sugar 101: artificial vs added sugars
Sugar comes in many different forms but all fall under three major categories: natural sugars, added sugars, and artificial sugars. But are they all the same?
We’re breaking down exactly what you need to know about the types of sugar:
These sugars are naturally occurring – not added into any foods. Whole foods like fruits, vegetables, and dairy all contain natural sugars. However, it’s accompanied with fiber, vitamins, and minerals that provide health promoting benefits.
Remember our handy list of common sugar names to look out for? They’re all considered as added sugars. These are sugars removed from their natural forms and added back into food products. Many packaged foods contain added sugars that provide little nutritional benefits compared to foods with natural sugars which are high in vitamins and minerals.
Artificial sweeteners provide the sweetness of sugar without extra calories, often in the form of sugar alcohols that the body does not digest as regular sugar. However, consuming artificial sugars can still trick your body to think that it’s eating sugar and feed into the same cravings for sweets. Some are made to mimic sweetness up to 100x more than other forms of added sugars! Over-consuming artificial sugars or sugar alcohols can also lead to stomach cramps or gastrointestinal distress for some.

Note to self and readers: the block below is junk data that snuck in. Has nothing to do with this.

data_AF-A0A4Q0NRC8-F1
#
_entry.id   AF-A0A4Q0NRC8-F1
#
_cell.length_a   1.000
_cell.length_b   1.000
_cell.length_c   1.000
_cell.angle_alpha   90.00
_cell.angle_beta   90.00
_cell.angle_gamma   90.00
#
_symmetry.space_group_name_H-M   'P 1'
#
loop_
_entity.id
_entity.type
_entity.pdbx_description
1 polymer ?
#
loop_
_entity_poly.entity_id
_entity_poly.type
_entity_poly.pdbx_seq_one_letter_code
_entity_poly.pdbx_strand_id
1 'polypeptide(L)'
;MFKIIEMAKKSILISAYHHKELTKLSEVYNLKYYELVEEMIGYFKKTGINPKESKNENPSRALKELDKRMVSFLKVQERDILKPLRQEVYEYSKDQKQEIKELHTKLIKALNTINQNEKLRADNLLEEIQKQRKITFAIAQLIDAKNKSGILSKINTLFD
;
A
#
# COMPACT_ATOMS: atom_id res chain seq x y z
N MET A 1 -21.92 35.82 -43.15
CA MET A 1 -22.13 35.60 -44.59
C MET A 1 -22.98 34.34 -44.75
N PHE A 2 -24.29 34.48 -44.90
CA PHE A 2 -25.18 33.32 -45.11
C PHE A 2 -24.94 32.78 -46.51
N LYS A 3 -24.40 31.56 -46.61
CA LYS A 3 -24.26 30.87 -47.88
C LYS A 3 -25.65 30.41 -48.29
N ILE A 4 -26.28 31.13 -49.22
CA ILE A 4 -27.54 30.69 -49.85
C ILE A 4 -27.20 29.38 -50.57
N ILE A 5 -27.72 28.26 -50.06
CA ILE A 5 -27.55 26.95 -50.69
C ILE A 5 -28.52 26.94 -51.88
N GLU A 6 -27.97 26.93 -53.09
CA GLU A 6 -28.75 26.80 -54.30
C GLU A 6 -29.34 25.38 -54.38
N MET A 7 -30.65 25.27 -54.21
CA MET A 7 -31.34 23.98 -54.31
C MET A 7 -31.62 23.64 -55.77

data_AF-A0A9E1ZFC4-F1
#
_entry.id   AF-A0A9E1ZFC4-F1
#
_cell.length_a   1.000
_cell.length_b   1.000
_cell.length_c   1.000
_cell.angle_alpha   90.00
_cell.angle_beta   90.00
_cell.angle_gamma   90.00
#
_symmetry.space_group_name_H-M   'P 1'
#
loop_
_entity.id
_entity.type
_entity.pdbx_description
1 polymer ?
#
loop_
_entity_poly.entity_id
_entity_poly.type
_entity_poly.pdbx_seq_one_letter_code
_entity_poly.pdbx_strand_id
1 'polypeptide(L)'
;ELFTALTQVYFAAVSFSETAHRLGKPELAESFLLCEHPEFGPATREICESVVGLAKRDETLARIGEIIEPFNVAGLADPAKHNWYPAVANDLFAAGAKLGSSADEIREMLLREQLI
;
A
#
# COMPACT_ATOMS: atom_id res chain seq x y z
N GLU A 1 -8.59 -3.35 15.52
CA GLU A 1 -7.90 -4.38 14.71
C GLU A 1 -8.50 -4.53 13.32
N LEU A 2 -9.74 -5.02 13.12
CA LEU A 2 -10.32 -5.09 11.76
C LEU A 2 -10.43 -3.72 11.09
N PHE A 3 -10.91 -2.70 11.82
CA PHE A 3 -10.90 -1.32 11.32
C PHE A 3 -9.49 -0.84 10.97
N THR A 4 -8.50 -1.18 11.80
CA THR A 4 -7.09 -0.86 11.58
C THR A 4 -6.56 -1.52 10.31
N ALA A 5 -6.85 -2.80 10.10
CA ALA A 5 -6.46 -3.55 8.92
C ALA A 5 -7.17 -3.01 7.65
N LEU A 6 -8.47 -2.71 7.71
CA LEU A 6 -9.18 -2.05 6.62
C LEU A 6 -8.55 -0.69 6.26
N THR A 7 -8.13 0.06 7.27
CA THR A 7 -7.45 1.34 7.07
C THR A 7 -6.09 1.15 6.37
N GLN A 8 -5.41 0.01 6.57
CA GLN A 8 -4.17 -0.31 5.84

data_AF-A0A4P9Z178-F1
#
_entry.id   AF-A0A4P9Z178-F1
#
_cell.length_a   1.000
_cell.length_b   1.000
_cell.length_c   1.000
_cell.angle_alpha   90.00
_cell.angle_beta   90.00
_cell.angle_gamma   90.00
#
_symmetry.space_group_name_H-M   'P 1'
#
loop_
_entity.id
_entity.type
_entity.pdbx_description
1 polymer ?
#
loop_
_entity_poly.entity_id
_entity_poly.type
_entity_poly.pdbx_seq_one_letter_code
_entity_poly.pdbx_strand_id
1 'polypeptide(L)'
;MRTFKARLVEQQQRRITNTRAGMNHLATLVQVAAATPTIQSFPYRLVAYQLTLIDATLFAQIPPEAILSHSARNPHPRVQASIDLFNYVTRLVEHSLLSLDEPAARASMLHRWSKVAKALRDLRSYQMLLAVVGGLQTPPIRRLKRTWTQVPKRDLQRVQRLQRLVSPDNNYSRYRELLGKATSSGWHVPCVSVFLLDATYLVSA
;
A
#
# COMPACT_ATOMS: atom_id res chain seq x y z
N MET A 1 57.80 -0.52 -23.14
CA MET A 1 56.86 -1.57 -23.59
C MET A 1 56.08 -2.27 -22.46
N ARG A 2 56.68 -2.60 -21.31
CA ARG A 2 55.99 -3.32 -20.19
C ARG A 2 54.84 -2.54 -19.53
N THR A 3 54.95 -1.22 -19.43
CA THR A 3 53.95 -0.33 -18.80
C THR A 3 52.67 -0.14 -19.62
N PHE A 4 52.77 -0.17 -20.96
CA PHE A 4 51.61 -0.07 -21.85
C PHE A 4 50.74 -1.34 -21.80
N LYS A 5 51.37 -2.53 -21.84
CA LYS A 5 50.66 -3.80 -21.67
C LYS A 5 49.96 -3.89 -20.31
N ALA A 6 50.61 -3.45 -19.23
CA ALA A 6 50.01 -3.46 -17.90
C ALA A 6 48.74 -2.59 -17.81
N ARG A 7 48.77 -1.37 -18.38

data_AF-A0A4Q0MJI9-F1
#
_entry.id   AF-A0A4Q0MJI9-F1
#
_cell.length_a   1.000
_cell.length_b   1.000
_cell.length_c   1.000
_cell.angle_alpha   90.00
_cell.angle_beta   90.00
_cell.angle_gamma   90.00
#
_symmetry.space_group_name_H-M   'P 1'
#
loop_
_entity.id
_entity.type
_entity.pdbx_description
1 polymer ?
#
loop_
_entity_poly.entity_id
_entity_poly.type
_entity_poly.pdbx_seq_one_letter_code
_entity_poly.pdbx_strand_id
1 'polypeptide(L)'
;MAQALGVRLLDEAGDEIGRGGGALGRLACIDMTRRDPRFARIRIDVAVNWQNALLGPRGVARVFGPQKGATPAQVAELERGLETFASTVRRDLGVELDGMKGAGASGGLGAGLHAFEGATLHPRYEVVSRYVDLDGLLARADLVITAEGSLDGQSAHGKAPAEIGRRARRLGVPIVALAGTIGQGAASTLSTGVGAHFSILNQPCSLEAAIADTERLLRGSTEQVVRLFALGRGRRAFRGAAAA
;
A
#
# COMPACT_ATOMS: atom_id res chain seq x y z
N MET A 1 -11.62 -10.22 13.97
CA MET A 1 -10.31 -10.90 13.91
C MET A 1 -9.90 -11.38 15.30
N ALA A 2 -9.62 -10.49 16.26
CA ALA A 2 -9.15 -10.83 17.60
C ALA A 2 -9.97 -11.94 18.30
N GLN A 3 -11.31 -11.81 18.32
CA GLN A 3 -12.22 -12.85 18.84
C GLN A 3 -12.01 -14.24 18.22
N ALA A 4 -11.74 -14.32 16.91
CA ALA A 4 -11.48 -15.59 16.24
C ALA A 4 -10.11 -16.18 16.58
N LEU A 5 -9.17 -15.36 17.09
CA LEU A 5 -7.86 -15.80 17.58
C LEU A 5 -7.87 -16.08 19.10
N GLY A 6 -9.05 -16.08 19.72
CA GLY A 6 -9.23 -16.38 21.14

While they are classified as safe by the FDA, it’s still a good idea to reduce your overall intake. Common artificial sweetener examples include splenda, equal, aspartame, sucralose, and saccharine.
To completely reset during these 21 days, we highly encourage you to reduce your added sugar intake – and that includes artificial sugars. This will help reset your taste buds so it’s less desensitized to all forms of sugar.
The general advice on sugar from our dietitian? If you’re eating mostly whole foods, then natural sugars should be the least of your worries. During this reset, aim for 2-3 servings max when you feel like eating something sweet. When it comes to fruit, just watch out for the dried versions – they sometimes contain extra added sugar as a preservative. Between fruit and fruit juice, it’s often a better choice to opt for the whole fruit since it contains extra fiber to slow down the absorption of sugar in our bloodstream.
Remember, sugar itself is not bad – it becomes an issue when it’s over consumed, especially if it’s in the form of added sugars. Being mindful of how much added sugars – both regular and artificial hidden in common food items is a helpful way to regulate the amount consumed over time.